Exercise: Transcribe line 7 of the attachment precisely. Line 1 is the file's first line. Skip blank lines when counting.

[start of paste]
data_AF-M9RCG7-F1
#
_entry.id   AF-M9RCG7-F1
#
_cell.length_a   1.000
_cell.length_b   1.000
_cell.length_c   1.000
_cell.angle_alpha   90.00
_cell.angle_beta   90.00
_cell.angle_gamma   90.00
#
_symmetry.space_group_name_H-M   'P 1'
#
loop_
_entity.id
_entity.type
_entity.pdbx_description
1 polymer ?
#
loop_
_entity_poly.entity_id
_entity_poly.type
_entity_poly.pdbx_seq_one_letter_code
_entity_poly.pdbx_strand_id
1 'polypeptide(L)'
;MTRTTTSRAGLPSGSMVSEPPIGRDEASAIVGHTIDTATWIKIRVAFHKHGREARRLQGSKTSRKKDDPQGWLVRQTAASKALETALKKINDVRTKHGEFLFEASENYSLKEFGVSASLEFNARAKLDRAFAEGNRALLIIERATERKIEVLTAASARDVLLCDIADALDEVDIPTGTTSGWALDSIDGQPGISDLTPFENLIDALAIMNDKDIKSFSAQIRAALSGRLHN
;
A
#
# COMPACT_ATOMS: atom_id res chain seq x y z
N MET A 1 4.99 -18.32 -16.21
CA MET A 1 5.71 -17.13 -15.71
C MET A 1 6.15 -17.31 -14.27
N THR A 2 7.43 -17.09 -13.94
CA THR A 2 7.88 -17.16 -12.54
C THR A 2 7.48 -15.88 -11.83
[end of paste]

_cell.length_c   1.000